About a decade ago, Gwinnett County school leaders realized that to find good administrators, of any race or ethnicity, and keep them in the community, the best practice was to develop them from within the district. Recruiting quality teachers that reflect the race and ethnicity of the student population had already been a priority.
Started in 2007, its Quality-Plus Leader Academy has been so successful that 88 percent of Gwinnett schools are led by its graduates, and the program will be a model for a new statewide initiative.
The effort fits the district’s goal of increasing diversity in school leadership. In the early years, most candidates were white females, but in the last two years, the program has attracted over 70 percent participants of color.
Gov. Brian Kemp’s office announced last week that the Governor’s Office of Student Achievement, Georgia Department of Education and Gwinnett County Public Schools have partnered to offer leadership training and one-on-one coaching to current and aspiring school principals through the new Governor’s School Leadership Academy.
Beginning with the 2019-2020 school year, 60 to 90 selected participants statewide will receive a year of training and support through a combination of in-person meetings, coaching and mentorship from a former Georgia principal, and opportunities to network with fellow principals. Like Gwinnett’s program, the goal of the GSLA is to strengthen leadership capacity – and the principal pipeline – in underperforming schools.
Gwinnett’s program includes a year-long instructional program led by the superintendent and other district leaders and a 90-day residency in a school to put participants in real-life scenarios.
Tereka Williams, a Leader Academy graduate who is now principal of Shiloh Middle School, explained the rigors and rewards of the program at a recent school board meeting. She said it used role-playing to prepare her for meetings to share the school’s mission and vision with parents.
“My colleagues and the assistant superintendents asked probing questions and required the kind of answers parents and other stakeholders want to hear,” she said. “When I had to give the presentation for real, I was confident that I could provide pertinent information.”
She said, “Scenarios and simulations put you in the role of principal and we had to consider the decisions we would make in the given situations. In these experiences we learned that it is important to know yourself, know your job and know your people,” she said. “With each session our responses had more depth. We reached beyond the obvious and became more confident in our ability to present ourselves as well-informed leaders.”
Gwinnett’s model didn’t happen overnight. The Quality-Plus Leader Academy started with the Aspiring Principal Program and three years later, the Aspiring Leader Program came online to similarly prepare staffers for assistant principal roles. The two programs produced 475 principals and vice principals currently in those positions in Gwinnett. That’s 66 percent of program graduates. Another 19 percent are in other district or local school leadership positions.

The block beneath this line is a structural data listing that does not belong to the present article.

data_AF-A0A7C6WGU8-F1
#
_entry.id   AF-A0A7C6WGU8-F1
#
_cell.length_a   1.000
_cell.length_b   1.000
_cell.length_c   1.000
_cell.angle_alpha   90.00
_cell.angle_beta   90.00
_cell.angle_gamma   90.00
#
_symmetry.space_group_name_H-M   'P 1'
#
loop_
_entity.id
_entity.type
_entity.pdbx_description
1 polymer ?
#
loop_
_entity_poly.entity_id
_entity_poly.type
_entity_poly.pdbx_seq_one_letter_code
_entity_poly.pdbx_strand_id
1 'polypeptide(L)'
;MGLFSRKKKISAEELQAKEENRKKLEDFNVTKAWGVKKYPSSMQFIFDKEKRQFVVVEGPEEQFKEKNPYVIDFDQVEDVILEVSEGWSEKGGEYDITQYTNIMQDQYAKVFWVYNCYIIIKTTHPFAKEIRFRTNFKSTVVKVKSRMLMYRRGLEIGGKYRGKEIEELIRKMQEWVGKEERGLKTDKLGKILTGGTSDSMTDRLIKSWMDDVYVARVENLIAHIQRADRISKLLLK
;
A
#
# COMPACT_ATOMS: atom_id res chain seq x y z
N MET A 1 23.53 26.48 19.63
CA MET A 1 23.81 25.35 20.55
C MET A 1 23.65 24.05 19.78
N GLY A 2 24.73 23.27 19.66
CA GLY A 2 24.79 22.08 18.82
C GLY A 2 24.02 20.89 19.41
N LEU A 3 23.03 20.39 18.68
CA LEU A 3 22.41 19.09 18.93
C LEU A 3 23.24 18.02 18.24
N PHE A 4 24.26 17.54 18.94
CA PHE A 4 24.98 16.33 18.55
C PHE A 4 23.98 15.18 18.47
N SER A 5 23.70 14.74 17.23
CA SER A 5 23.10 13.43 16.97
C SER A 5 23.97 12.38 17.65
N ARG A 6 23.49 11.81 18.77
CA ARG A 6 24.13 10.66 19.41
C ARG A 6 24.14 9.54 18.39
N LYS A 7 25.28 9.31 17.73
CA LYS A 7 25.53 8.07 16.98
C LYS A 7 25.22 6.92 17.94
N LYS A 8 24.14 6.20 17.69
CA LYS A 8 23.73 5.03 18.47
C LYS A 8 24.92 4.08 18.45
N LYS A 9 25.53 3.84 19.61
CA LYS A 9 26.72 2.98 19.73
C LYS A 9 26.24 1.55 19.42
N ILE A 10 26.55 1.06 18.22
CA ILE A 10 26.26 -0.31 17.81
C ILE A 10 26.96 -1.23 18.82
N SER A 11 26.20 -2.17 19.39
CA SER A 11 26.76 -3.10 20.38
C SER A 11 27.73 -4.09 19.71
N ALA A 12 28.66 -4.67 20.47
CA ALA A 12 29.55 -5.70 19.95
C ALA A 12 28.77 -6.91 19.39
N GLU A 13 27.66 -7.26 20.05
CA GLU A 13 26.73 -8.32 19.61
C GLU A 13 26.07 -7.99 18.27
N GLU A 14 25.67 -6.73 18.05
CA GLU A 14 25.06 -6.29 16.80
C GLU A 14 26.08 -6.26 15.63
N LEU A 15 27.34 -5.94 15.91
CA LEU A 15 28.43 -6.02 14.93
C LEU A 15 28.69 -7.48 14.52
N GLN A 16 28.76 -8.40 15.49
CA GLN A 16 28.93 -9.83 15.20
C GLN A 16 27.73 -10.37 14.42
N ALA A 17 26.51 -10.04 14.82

But most of Gwinnett’s school leaders in training have been white, reflecting a fact of life for school systems across the country that’s a hurdle to increasing diversity in principals’ offices.
Gwinnett’s student population went from 80 percent white in 1995 to about 22 percent today; about 31 percent of students now are Hispanic and about 32 percent are black.
As public schools increasingly serve more students of color, districts scramble to hire the best and brightest minority candidates. Data from the National Center for Education Statistics show, however, that in the 2015-2016 school year about 80 percent of all public school teachers were white.
Ongoing research from Harvard, Johns Hopkins and American University show that minority students who had one teacher of the same race or ethnicity by third grade were 13 percent more likely to enroll in college. Those who had two such teachers were 32 percent more likely to seek higher education because of the so-called role model effect. Schools acknowledge that it’s also important for white students to have teachers of color in the classroom so they can see people from different backgrounds who are knowledgeable and can be role models for them, too.
In searching for those role models, “We’re going after the same people that everyone else wants,” said Sloan Roach, a spokeswoman for Gwinnett County Public Schools, the largest school district in the state and the 14th largest in the country.
“As we hire, (Gwinnett) continues to increase its concentration on recruiting from those teacher-preparation programs that have a high student minority population, including our recruitment efforts at historically black colleges and universities and colleges in Texas and Florida where we find more Hispanic/Latino education majors,” said Linda Anderson, associate superintendent for human resources and talent management.
“We also work closely with partner university teacher-preparation programs to host student teachers, specifically focusing on critical fields and minorities. In addition, we have grown our Teaching as a Profession program, which is found in our high schools as another means of growing our own teachers … teachers who not only are reflective of our community but who already have ties to it.”
Before catching the eye of Gov. Kemp, Gwinnett County was among six large school districts that received grants in The Wallace Foundation’s Principal Pipeline Initiative in 2011.
While recruiting future leaders among minorities remains a challenge, “Gwinnett is one of the rock stars of the principal pipeline,” said Beverly Hutton, deputy executive director of the National Association of Secondary School Principals. “They are good at building culture and relationships.”
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